Losing £84 a year on worthless payment protection insurance, seeing your first year’s premiums disappear in charges or watching 20 per cent wiped off your Equitable Life bonus only to see it put into secure assets for much of the lost decade for equities: no-one would want any of this to happen to them, but then nor would anyone want to find they had saved in a pension all their life only to find out they had lost half its value because they did not know how to buy an annuity.
Yet while the first three scenarios have provoked reviews and compensation, for annuity customers it remains a case of tough luck.
The ABI’s publication of comprehensive annuity rate tables has revealed the full shocking extent to which some consumers will have been ripped off by the annuitisation process. Call me naïve but I am surprised, now the truth is out, just how bad the annuity story actually is.
For years the received wisdom has been that you can get perhaps 12 or 15 per cent more on a conventional, healthy annuity by shopping around, and maybe 35 or at a push 50 per cent more if you factor in seeking an enhanced income as well.
The ABI’s new annuity tables now show us that some people could have got more than 100 per cent more had they shopped around for a better deal. So some retired today are living off half the annuity they could have got had the annuitisation process been designed by government in a better way. The government and regulator face some serious questions here.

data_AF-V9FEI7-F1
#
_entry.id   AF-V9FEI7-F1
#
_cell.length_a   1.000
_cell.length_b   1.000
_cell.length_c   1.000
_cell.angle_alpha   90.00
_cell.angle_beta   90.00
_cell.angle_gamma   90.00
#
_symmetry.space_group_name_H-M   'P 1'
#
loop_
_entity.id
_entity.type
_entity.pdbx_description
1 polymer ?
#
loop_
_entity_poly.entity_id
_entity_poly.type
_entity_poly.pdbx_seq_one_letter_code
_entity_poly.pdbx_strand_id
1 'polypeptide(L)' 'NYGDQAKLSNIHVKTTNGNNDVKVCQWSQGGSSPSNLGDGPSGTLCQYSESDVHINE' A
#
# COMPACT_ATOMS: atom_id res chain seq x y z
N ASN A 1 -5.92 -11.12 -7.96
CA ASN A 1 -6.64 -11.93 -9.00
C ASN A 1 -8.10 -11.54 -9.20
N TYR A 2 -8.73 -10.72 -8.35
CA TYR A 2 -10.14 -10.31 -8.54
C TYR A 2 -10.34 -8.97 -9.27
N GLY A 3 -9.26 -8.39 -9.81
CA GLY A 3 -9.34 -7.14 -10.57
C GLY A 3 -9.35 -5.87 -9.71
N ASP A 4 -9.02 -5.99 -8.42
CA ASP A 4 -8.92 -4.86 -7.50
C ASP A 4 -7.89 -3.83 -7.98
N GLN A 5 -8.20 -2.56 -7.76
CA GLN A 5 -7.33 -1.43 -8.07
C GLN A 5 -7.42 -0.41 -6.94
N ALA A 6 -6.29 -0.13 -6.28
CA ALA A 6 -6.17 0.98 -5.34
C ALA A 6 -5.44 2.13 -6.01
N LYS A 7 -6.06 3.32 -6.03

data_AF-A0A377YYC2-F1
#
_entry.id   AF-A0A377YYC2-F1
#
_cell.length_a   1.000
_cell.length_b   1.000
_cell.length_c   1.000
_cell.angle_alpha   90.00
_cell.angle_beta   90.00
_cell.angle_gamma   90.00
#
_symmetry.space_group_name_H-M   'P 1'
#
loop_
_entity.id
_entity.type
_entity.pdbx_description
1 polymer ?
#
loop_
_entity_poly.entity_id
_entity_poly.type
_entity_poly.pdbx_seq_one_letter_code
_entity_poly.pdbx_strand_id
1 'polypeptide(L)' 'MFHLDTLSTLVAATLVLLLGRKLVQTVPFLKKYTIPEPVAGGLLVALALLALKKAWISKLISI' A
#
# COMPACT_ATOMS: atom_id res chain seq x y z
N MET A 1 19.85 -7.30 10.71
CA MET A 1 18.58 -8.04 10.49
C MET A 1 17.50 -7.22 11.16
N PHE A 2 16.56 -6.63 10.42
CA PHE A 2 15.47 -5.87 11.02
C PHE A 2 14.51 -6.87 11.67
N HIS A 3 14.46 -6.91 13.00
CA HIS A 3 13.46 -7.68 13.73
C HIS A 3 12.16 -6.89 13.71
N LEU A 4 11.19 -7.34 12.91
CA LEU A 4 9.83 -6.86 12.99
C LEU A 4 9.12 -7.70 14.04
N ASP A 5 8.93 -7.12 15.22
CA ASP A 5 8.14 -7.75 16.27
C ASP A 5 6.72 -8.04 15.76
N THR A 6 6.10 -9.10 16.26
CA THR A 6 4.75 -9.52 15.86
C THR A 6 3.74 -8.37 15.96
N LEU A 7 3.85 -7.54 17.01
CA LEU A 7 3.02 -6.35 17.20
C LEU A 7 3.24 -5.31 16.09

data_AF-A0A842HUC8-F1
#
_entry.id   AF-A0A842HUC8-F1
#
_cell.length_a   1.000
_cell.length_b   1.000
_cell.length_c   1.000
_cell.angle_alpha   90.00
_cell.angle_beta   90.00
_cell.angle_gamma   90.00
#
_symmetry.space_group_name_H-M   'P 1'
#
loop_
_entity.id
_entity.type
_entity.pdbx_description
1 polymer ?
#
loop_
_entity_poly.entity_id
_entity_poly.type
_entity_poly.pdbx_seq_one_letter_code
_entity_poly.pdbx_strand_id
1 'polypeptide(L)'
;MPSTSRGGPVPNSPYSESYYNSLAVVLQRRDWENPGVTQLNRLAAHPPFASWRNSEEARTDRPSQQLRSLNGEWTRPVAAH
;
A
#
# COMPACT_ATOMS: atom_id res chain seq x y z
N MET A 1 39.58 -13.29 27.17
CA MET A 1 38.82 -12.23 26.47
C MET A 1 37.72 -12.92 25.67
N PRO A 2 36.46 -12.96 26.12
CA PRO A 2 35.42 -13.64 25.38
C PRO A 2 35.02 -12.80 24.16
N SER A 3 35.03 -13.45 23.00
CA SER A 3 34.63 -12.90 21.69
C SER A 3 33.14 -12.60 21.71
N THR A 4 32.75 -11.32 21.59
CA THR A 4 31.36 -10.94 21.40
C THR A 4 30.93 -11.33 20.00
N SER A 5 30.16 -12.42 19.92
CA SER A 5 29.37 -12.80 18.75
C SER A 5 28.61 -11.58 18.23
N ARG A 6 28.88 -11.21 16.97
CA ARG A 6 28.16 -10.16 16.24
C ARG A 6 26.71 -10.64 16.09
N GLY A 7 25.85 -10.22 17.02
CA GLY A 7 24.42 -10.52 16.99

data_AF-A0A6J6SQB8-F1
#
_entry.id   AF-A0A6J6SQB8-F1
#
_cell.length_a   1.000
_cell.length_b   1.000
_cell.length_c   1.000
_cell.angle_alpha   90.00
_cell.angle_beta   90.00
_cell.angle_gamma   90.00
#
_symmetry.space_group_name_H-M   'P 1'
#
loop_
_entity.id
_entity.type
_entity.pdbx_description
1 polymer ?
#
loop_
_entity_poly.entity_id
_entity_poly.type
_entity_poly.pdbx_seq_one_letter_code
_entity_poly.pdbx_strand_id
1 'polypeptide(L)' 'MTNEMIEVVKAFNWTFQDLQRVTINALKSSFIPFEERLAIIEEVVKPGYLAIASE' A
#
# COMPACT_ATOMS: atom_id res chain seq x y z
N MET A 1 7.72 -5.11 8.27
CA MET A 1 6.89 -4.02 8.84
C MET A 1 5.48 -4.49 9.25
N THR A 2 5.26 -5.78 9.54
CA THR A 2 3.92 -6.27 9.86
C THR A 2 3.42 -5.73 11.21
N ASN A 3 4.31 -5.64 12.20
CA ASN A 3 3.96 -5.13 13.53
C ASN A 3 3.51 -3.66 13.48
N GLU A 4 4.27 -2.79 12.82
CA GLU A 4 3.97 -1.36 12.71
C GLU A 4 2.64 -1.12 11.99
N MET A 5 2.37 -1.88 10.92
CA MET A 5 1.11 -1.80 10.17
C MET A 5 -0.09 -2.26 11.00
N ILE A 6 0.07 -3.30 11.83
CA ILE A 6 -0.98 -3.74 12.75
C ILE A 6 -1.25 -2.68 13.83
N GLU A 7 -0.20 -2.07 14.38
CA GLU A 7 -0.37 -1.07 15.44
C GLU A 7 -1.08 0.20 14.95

The ABI figures show a single 65-year old from Manchester cashing in £18,000 could have received £839.52 a year from Scottish Widows, Clerical Medical or Halifax, yet would have received £1,099.92 from Reliance Mutual.
If that individual had smoked for the last 10 years and had lung disease, he or she could have got £1,778.23 a year from the Pru, more than twice as much. There are minor issues around postcodes for these numbers, but broadly speaking, these figures are accurate.
Most smokers will have got their smoker enhancement, and you would hope that most people with severe illnesses would get enhancements. But you can also be sure that many in the last 15 years will have missed out, some massively.
Yet for those missing out on half their life’s pension savings to date there is no talk of reviews or compensation. This is perhaps not surprising, poor deal annuity providers would argue their actuarial calculations suggested their results were right, and the regulator knew what was going on, so gave tacit approval.
Would aggrieved pensioners succeed with a maladministration claim against the regulator and/or government for failing to create a robust system to protect their interests, or carrying out its own research and revealing the full extent of the disparity in prices? It sounds like a big ask.
Now we know just how much is at stake surely the pressure is on the Government to get a quick fix. At least 400,000 people a year remain on a conveyor belt towards a poor annuitisation process. Labour’s proposal to require auto-enrolment to offer some form of brokerage service should be put on the statute book as a matter of urgency. The ABI has done its bit – now is the Government’s turn.
John Greenwood is editor of Corporate Adviser